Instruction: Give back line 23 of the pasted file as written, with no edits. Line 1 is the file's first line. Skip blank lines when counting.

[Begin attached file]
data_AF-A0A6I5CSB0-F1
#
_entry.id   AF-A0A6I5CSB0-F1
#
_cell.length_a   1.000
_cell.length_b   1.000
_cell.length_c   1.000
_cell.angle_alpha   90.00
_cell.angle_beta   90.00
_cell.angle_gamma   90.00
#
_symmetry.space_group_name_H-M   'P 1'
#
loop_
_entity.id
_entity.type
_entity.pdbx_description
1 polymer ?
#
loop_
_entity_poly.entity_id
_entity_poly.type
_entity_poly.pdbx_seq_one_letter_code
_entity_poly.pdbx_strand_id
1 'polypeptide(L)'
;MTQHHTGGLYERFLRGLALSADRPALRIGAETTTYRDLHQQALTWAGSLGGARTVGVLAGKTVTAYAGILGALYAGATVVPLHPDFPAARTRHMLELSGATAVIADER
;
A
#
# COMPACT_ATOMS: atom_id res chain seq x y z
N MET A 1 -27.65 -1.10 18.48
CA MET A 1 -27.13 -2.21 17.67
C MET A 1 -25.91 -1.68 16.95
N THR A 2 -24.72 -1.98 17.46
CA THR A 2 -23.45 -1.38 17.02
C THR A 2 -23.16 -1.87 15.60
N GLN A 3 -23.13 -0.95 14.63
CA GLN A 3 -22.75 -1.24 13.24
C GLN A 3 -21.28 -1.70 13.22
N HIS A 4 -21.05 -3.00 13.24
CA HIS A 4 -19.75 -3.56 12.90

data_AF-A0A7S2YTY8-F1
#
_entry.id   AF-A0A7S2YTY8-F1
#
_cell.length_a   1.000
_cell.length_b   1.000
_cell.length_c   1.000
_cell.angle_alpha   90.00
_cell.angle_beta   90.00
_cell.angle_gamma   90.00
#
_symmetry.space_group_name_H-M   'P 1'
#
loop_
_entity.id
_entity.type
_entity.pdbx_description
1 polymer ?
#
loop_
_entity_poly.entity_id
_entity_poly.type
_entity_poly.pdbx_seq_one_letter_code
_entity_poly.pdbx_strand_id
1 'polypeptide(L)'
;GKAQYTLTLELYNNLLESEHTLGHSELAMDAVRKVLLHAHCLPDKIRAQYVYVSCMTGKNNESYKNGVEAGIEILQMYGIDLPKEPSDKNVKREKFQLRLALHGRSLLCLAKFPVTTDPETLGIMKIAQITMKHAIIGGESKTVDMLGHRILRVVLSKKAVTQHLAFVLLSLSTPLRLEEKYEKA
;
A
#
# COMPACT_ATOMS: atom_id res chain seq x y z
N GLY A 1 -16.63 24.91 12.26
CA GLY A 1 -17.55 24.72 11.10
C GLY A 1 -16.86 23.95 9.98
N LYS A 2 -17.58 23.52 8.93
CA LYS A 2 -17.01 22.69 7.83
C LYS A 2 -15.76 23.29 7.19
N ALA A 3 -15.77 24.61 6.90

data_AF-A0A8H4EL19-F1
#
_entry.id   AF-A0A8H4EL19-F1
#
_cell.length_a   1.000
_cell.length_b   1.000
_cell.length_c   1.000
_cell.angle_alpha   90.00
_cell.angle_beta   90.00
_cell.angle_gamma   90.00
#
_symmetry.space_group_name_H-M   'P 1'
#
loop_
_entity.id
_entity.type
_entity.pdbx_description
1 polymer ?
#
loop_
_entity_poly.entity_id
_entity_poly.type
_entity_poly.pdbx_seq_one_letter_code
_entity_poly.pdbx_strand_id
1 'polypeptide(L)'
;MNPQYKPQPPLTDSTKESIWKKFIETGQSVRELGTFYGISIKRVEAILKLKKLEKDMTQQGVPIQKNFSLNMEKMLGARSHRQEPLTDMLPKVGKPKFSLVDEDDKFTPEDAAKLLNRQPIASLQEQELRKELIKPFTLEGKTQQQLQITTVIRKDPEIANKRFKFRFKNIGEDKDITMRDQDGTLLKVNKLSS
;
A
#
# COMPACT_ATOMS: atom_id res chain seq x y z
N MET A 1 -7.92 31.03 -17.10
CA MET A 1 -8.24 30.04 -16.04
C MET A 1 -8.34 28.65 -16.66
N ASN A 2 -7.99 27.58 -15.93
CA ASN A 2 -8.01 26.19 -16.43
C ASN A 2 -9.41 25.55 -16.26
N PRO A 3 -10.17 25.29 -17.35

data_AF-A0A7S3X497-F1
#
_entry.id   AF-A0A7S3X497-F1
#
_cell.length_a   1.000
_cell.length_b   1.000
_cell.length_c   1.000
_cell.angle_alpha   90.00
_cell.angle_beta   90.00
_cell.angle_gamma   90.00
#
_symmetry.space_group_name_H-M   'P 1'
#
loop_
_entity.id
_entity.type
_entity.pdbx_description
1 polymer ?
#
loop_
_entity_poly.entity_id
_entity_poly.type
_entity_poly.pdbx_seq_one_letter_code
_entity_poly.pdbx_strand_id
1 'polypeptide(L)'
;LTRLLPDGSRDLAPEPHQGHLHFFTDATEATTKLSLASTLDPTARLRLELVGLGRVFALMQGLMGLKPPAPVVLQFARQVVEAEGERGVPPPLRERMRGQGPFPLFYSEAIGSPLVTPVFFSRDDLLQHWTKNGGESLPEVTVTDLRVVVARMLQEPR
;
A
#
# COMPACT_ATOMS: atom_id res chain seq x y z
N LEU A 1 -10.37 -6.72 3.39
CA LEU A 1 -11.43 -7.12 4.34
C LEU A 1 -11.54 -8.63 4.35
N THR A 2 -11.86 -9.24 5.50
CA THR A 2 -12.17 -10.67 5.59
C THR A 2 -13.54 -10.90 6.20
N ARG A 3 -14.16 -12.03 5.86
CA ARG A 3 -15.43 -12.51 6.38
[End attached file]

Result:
_entity_poly.pdbx_seq_one_letter_code